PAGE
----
I've discussed on my blog how to find ABA therapists for your in-home therapy program, and recommended a great resource for exactly how to do this ("Behavioral Intervention for Young Children with Autism" by Catherine Maurice).
This post is for parents who have already found a pool of potential therapists and are ready to begin interviewing. If your child receives ABA services at school or through an agency then you typically don't get much say in who will be working with your child. The agency or school makes this decision and its probably based on availability of the therapists.
However, even if you are dealing with a school or agency you can still ask to interview the ABA staff and to meet the therapist before they begin working with your child.
I hope this information serves as a minimum standard of how to interview an ABA therapist.
I've helped families locate and hire ABA staff and I've observed staff interviews. I have noticed many parents are uncomfortable being placed in the position of "Manager". As the parent, that is what you are. Even if you have a Lead Therapist supervising the ABA program, the parents are the ones who make hiring and firing decisions.
It's important to treat the hiring process seriously. If you want competent and dedicated therapists then take the time to recruit carefully before hiring anyone. Avoid spending the interview laughing and chatting; the therapist isn't interviewing for a position as your buddy. Project the level of professionalism that you expect.
Here are a few tips regarding the interview process:
- Decide before you meet with any potential therapist the job expectations, schedule, minimum and maximum pay rate, and create a short summary of daily job responsibilities. You may be hiring someone with little ABA therapy experience. This person may assume that if their last client paid $20 per hour then so will you. On the other hand, you may find yourself interviewing a therapist that has many years of experience. Just because someone has worked with many families doesn't mean they are competent. Make all of the information about the position clear -put it in writing- and discuss it with the potential therapist. Explain what you expect regarding job performance (such as stating you will video record sessions). Dont let the ABA therapist be surprised when they begin working for you. If you expect them to stay 30 minutes after each session to go over notes and data with you, tell them that upfront.
- Parents often have the misconception that an ABA therapist is an all-in-one job title.....it's not. Most ABA therapists are only qualified to implement programs and run a session with your child. They may not be qualified to write programs, do assessments, or train teachers. I talk to so many parents who hire an ABA therapist and quickly realize the person has a limited skill set. The person who manages or supervises an ABA program is the Consultant. The person that implements programs is the ABA therapist.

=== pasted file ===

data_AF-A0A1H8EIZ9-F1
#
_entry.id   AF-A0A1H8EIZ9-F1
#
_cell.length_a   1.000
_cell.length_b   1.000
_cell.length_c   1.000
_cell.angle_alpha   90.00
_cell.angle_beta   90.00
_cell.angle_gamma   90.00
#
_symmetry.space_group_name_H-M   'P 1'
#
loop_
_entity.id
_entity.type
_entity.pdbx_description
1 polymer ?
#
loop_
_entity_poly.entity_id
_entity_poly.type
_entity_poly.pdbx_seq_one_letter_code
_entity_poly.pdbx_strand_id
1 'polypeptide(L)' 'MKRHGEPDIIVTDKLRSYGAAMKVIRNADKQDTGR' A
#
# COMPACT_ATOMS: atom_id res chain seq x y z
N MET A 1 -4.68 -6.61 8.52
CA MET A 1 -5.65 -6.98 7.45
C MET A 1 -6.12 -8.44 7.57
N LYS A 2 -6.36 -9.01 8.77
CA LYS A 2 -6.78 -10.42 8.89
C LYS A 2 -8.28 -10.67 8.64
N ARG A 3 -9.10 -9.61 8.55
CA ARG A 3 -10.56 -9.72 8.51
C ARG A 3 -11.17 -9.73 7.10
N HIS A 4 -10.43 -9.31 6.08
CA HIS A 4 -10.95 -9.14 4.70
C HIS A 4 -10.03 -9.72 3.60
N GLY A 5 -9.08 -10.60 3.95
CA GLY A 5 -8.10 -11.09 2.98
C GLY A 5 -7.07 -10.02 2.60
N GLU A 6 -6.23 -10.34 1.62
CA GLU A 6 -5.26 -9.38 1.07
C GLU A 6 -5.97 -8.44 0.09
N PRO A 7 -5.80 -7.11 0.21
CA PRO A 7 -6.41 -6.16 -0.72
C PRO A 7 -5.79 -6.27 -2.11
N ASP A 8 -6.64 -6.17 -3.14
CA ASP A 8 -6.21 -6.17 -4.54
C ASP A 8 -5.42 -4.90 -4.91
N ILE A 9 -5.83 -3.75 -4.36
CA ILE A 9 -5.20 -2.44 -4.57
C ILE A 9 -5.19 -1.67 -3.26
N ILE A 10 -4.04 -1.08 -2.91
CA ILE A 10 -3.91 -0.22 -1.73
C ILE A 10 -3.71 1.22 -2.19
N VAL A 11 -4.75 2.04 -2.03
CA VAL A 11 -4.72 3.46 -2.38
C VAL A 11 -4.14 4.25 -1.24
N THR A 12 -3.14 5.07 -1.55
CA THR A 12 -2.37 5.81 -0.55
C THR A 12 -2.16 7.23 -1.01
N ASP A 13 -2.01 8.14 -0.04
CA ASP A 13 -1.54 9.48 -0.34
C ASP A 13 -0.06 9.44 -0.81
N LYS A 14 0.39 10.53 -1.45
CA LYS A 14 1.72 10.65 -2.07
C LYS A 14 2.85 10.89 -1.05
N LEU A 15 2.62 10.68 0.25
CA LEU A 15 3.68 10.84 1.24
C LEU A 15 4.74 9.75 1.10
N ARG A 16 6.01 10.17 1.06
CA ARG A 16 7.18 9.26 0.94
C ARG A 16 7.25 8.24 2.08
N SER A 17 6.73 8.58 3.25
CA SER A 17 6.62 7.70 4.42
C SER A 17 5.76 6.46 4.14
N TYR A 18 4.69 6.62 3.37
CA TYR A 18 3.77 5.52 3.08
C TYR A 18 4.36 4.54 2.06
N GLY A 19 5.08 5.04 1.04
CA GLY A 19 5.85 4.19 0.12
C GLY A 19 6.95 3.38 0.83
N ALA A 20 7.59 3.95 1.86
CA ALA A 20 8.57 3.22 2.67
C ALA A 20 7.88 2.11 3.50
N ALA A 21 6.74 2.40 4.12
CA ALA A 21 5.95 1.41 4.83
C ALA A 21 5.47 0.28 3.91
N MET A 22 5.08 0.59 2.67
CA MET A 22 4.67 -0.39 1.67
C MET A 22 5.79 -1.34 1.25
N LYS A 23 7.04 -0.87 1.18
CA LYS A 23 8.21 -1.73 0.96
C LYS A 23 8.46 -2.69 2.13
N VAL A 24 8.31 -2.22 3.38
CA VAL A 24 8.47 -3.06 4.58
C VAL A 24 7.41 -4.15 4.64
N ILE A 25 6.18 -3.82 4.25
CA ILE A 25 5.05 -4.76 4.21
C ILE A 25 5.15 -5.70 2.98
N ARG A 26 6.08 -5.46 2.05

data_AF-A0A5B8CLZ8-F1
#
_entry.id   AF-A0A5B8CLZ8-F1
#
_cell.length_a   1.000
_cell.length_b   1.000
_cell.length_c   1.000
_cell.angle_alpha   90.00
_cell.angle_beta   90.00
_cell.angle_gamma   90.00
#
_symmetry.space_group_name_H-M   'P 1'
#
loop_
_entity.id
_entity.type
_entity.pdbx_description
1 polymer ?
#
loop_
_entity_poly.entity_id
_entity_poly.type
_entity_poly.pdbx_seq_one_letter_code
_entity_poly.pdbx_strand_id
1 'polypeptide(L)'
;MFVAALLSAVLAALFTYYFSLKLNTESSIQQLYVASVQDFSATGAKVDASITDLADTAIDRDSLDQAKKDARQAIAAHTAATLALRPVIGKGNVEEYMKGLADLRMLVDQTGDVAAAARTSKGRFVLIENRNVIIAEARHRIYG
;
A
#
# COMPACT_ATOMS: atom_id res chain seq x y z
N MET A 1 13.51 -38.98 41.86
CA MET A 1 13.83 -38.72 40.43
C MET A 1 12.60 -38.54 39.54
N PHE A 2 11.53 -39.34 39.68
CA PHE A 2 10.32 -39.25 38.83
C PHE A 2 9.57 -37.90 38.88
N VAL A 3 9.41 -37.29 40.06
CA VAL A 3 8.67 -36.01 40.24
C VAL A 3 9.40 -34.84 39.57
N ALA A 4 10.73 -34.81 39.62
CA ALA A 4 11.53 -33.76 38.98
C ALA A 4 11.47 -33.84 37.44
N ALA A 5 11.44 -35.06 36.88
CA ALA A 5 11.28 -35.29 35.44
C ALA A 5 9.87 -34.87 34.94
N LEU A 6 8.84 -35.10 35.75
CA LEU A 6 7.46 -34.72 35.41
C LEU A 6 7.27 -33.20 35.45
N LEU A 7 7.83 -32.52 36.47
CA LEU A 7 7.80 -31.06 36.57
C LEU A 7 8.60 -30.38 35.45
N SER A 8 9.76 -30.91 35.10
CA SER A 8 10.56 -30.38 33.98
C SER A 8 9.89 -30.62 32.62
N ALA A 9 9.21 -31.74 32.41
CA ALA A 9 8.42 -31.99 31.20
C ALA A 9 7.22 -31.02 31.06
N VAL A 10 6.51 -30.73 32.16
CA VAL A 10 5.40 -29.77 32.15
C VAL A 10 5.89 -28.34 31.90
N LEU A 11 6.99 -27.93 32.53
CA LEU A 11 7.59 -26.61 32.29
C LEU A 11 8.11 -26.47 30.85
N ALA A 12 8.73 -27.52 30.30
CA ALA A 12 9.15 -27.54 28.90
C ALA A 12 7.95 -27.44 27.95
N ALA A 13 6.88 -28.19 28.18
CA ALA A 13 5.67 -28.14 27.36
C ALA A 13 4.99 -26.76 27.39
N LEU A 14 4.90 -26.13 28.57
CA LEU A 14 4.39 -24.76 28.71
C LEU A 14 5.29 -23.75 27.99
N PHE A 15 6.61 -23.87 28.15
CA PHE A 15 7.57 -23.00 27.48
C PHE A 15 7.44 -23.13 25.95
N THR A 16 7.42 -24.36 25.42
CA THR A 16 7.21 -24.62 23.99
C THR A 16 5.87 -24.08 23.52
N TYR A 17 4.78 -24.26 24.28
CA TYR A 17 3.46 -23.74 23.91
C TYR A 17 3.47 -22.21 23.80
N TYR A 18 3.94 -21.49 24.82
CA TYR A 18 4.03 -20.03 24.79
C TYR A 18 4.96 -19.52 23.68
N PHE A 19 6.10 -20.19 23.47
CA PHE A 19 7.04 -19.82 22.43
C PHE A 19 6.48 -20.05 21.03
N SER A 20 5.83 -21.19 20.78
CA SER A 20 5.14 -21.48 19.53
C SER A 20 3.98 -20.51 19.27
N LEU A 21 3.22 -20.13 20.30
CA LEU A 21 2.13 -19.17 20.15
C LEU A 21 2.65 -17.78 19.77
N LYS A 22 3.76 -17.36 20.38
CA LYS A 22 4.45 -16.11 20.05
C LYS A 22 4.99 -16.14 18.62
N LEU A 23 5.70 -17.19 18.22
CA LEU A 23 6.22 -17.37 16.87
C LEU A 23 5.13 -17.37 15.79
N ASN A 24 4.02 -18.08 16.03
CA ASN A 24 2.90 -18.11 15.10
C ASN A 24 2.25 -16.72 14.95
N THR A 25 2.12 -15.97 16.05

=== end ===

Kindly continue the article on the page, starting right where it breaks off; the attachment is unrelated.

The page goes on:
- Schedule the interview for a time when your child will be home. Observe interaction between the potential therapist and your child. If you cant observe actual interaction, let the therapist view video clips of your child. Even experienced therapists may not be comfortable with ALL behaviors. Maybe your child has a saliva play stim, and the potential therapist seems disgusted by that. That would be something you want to find out before hiring that person. It is important that any potential therapist be comfortable working with your child on their best and worst days. Be honest during the interview. If your child becomes aggressive at times, say that upfront. Its better to scare someone off during an interview than to have a therapist abruptly quit on you after a bad session.
- I believe the most important characteristics when hiring anyone are: Attitude, Willingness to learn, and Energy. Any therapist you hire will need some training, even if its just learning about your child's personality. If the potential therapist doesn't respond well to feedback and doesn't seem passionate about their work then that shows a minimal willingness to learn. Regarding attitude, as anyone who works with special needs children knows there are great days and horrible days. If a potential therapist is cranky, argumentative, or rude during the interview process, imagine how that person will act after a bad session with your child. A positive and upbeat attitude is essential for anyone who wants to teach children with Autism. Moving on to energy, I'm not saying that the person should arrive at your home and be bouncing off the walls. What you are looking for is a lack of energy. Does the person seem tired, overly quiet, or very soft spoken? Anyone working with young children should be able to "turn on" an upbeat, animated persona and leave their troubles at the door. If you are interviewing someone and cant picture them smiling, clapping, making goofy faces, or shouting "Hooray", then that is not an ideal ABA therapist.